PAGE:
Mandatory access to digital platforms’ data is one of the remedies proposed to address potential failures in digital markets. In addition to the high costs of implementing a governance framework for data access, such remedy is likely to involve important trade-offs that should be carefully balanced by regulators. In particular, data access is likely to undermine competition on the merits and the incentives to offer services to consumers free of charge. Furthermore, it could distort companies’ incentives to innovate with user data. To avoid these unintended effects, this article proposes to focus instead on prohibiting exclusionary practices by large digital platforms.

By Jordi Casanova1


Brennan Hawkings, an 11-year-old boy from Utah, was found after being lost for more than four days in rugged terrain at a Boy Scout camp.2 Brennan’s parents later discovered why it had taken so long to find him: he had avoided passers-by, including the search teams looking for him. The boy was afraid that someone would steal him, as he’d been told “not to talk to strangers.”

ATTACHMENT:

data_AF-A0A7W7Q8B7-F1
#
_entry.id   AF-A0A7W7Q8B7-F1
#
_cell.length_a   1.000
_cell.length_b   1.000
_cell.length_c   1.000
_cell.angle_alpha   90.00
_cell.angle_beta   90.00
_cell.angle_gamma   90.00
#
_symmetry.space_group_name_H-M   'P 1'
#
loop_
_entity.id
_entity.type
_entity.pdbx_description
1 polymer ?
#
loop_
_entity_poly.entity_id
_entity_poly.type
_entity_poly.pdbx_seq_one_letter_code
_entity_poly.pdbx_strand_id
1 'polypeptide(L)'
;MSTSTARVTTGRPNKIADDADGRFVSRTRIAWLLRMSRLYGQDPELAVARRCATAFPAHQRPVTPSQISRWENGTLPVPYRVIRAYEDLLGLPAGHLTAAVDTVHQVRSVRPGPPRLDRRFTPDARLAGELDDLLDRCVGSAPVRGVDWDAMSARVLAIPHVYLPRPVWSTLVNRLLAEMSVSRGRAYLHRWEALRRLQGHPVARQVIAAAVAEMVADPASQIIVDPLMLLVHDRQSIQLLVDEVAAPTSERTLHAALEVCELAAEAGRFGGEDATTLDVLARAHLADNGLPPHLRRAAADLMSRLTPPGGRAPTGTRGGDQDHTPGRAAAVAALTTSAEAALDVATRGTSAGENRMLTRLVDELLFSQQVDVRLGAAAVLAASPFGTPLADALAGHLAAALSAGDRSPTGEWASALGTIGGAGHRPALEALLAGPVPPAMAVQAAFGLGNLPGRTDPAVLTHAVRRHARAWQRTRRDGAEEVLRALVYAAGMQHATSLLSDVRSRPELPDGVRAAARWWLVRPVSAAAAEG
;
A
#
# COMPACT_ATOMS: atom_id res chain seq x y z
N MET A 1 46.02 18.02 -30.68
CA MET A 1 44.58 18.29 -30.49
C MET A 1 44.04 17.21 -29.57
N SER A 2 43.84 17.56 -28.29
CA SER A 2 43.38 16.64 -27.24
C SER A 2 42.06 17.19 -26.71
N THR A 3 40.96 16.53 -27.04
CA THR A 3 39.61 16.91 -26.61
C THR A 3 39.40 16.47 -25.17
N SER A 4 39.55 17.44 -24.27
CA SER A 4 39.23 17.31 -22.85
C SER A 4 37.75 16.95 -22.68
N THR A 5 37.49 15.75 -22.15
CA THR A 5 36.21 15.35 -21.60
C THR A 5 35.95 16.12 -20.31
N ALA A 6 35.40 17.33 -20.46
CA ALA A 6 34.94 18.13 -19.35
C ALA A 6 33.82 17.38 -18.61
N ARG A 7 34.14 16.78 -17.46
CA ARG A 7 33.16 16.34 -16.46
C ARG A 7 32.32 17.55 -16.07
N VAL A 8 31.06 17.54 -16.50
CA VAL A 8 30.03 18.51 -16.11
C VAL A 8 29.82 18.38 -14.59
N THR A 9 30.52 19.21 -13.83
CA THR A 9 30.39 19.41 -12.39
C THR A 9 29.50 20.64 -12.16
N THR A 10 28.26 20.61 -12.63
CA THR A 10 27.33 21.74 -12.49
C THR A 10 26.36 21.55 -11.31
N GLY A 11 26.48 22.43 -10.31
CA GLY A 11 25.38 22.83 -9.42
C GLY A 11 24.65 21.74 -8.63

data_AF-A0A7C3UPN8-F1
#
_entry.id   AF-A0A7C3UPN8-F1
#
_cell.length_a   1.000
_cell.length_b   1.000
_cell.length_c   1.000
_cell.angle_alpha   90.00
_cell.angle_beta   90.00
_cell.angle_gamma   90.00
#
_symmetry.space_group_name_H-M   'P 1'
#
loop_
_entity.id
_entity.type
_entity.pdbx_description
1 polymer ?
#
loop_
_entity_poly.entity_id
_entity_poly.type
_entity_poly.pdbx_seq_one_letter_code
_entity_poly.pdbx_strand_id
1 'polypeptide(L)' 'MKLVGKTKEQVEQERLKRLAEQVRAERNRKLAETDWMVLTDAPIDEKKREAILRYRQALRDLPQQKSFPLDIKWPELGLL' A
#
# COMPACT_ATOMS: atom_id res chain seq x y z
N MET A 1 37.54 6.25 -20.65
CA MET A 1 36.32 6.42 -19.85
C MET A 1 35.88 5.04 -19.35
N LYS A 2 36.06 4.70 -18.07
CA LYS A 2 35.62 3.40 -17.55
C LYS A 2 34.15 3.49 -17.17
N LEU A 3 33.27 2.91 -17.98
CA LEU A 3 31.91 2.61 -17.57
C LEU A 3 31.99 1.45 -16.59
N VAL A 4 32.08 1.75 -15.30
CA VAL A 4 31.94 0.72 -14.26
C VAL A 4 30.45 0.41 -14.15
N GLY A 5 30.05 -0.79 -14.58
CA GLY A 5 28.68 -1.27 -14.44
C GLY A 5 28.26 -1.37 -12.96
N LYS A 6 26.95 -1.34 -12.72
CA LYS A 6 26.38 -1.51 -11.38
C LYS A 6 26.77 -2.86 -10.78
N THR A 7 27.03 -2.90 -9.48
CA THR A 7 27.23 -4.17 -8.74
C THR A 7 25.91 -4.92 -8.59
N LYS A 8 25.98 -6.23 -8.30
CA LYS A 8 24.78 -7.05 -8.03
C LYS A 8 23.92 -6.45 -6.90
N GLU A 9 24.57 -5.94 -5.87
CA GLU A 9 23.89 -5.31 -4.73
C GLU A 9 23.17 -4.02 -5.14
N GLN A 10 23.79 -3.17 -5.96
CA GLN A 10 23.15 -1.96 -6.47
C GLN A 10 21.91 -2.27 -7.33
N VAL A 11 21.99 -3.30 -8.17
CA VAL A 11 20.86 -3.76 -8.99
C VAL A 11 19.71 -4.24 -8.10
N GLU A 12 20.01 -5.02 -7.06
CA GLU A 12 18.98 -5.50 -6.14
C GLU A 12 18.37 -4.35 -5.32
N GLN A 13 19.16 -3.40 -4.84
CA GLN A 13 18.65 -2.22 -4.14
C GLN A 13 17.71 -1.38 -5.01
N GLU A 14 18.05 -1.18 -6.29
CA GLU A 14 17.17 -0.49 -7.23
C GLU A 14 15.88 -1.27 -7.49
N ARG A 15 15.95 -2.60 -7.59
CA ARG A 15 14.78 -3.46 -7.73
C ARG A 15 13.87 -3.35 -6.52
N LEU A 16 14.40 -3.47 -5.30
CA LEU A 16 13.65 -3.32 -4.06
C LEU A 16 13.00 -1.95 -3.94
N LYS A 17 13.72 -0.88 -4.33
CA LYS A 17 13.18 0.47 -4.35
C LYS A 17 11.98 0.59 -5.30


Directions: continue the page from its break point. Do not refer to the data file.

Brennan’s case is a textbook example of the so-called Law of Unintended Consequences. Not talking to strangers is a universal lesson taught by well-intentioned parents to protect their children. In the context of Brennan’s disappearance, however, it had the unintended effect of leaving him unprotected.

This article discusses how data access regulation of online search aggregators may similarly


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